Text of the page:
So what can your nonprofit take from this story? To start, it is important to identify under what circumstance you should return a major gift or donation. Continue reading
There were three remarkable winners of the Diversity Art Showcase at this year’s AFP International Conference. Laura, Oscar and Tali’s work depicts how they view philanthropy. The winners, all from Art with a Heart and Lakeland Elementary/Middle School in Baltimore, explored the ideas of diversity and philanthropy through mixed media creations. Local artists judged the student’s artwork to award a first, second, and third place. The winning pieces were displayed in the Diversity Youth Art Showcase during AFP’s March 2015 International Fundraising Conference at the Baltimore Convention Center. The students were recognized throughout the conference, including at the opening plenary with 3,500 conference attendees in the audience.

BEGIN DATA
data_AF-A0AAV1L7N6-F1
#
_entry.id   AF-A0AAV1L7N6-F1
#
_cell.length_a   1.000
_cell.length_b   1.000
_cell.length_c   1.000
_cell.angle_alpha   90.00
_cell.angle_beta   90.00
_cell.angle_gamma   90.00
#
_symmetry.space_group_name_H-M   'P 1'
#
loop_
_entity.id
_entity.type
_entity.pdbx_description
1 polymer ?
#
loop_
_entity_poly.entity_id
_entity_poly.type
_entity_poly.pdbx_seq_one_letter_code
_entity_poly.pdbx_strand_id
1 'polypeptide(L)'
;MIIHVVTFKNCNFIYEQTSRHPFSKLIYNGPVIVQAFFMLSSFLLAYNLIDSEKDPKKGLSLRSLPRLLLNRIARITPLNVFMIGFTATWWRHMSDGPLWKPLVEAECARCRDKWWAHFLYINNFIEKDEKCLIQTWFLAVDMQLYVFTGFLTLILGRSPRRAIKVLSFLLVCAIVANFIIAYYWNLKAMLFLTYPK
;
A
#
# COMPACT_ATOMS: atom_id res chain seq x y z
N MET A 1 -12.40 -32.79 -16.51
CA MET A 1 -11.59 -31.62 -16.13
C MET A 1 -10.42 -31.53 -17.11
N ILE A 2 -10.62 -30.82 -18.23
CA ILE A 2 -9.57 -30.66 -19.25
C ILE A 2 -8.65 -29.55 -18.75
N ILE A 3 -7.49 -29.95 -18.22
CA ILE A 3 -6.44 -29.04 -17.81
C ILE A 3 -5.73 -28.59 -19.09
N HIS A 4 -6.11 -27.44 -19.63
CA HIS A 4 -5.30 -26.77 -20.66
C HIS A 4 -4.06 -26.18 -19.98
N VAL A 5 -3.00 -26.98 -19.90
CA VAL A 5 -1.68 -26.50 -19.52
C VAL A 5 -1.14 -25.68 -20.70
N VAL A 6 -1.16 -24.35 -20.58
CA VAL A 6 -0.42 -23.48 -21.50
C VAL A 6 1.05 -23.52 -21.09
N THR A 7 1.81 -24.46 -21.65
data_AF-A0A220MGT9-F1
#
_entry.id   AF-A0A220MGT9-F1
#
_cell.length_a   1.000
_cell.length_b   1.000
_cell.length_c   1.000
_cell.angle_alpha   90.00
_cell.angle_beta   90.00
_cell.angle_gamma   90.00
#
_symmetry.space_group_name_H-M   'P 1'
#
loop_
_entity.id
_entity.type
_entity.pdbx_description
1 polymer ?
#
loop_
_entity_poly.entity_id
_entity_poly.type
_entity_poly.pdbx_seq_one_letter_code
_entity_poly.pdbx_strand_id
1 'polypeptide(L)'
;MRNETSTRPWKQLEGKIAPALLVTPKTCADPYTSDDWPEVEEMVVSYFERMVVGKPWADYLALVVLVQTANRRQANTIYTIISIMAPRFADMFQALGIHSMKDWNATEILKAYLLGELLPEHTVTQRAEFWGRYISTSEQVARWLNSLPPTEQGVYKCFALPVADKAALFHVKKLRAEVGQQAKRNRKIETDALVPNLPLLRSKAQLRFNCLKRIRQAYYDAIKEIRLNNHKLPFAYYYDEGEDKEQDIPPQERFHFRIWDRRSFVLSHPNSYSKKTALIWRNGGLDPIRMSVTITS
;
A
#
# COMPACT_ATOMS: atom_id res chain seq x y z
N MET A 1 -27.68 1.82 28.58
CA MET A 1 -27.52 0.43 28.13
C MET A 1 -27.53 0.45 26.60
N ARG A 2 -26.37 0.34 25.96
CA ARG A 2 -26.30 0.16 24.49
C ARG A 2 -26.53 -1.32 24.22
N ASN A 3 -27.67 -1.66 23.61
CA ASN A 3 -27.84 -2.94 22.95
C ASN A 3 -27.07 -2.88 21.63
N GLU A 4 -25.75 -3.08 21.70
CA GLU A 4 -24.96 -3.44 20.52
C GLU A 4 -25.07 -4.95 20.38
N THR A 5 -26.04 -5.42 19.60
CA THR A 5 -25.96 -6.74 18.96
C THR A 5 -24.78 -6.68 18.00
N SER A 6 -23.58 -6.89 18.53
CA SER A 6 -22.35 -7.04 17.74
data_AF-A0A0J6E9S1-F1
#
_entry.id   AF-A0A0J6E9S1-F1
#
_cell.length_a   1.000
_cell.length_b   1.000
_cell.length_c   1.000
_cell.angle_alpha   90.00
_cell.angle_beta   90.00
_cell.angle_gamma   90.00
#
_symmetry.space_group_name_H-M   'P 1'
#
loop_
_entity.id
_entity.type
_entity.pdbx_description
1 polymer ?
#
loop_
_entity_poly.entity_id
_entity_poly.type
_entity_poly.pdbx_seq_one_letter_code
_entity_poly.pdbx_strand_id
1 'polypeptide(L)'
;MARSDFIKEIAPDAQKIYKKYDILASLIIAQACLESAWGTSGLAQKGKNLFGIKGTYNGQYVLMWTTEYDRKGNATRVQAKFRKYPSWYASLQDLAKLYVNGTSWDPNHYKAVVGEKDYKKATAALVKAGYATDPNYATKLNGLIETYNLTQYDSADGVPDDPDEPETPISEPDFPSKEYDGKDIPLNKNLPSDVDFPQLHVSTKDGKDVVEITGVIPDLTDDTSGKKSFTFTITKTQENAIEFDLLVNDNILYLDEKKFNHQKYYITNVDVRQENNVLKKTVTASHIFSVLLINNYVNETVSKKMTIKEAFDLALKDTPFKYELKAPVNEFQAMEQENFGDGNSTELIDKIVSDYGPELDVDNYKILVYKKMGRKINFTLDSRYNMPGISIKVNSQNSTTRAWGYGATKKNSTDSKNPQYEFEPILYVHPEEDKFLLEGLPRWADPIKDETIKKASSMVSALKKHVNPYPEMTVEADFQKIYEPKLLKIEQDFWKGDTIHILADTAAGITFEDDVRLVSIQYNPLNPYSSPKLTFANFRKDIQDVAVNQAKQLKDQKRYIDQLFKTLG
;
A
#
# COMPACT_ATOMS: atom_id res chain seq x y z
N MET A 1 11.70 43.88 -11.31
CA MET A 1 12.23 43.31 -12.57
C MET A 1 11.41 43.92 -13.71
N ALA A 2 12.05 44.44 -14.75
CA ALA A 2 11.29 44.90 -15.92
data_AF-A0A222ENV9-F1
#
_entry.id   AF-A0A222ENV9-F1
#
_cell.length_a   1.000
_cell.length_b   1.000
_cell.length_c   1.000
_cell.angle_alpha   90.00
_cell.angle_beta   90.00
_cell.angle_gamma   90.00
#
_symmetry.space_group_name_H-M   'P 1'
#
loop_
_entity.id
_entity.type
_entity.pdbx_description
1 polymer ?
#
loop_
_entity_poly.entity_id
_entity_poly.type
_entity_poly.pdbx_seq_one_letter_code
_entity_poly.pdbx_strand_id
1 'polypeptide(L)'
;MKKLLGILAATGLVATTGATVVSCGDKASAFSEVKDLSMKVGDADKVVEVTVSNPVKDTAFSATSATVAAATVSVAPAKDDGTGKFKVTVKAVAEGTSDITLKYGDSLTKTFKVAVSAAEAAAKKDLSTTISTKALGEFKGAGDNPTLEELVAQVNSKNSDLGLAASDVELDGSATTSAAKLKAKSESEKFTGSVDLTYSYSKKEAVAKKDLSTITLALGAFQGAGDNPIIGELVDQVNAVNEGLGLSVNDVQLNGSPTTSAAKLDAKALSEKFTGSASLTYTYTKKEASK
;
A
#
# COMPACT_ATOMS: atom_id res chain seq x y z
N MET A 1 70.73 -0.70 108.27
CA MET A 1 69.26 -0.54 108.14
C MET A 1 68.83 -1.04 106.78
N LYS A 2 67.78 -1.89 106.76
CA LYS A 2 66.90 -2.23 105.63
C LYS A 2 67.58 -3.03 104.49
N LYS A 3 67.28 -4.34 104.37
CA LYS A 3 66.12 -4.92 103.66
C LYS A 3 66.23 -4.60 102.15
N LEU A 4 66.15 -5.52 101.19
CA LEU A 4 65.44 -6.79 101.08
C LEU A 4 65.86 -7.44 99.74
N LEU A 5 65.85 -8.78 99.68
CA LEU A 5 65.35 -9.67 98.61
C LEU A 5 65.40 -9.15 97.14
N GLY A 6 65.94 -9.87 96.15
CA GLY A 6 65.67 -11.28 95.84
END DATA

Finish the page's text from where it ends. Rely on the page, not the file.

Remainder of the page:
Watch the video below to hear Brenda Asare, President & CEO of The Alford Group talk about our firm’s calling to engage the sector around diversity, and what the Diversity Session and Diversity Art Showcase bring to the artists, conference attendees and the broader AFP community.
See the photo gallery of the 2015 Showcase winners below.
The Alford Group has been a proud sponsor of Diversity at the AFP Conference for 16 years. We hold a strong commitment to diversity as one of our core values, and continue to encourage conversation about diversity in the not-for-profit sector through many different lenses.
The Diversity Session at the AFP International Conference this year focused on Women in Philanthropy. This was the first time the session had revolved around that aspect of diversity, and the session was very well attended.
The session was introduced by Brenda A. Asare, The Alford Group’s President & CEO. A panel offering insight into their own experience as female philanthropists and researchers in the field included:
- Una Osili, Director of Research at the Indiana University Lilly Family School of Philanthropy
- Sylvia Brown, Principal of Brown Capital Management, Inc.
- Ann Allston Boyce, President of the board of The T. Rowe Price Associates Foundation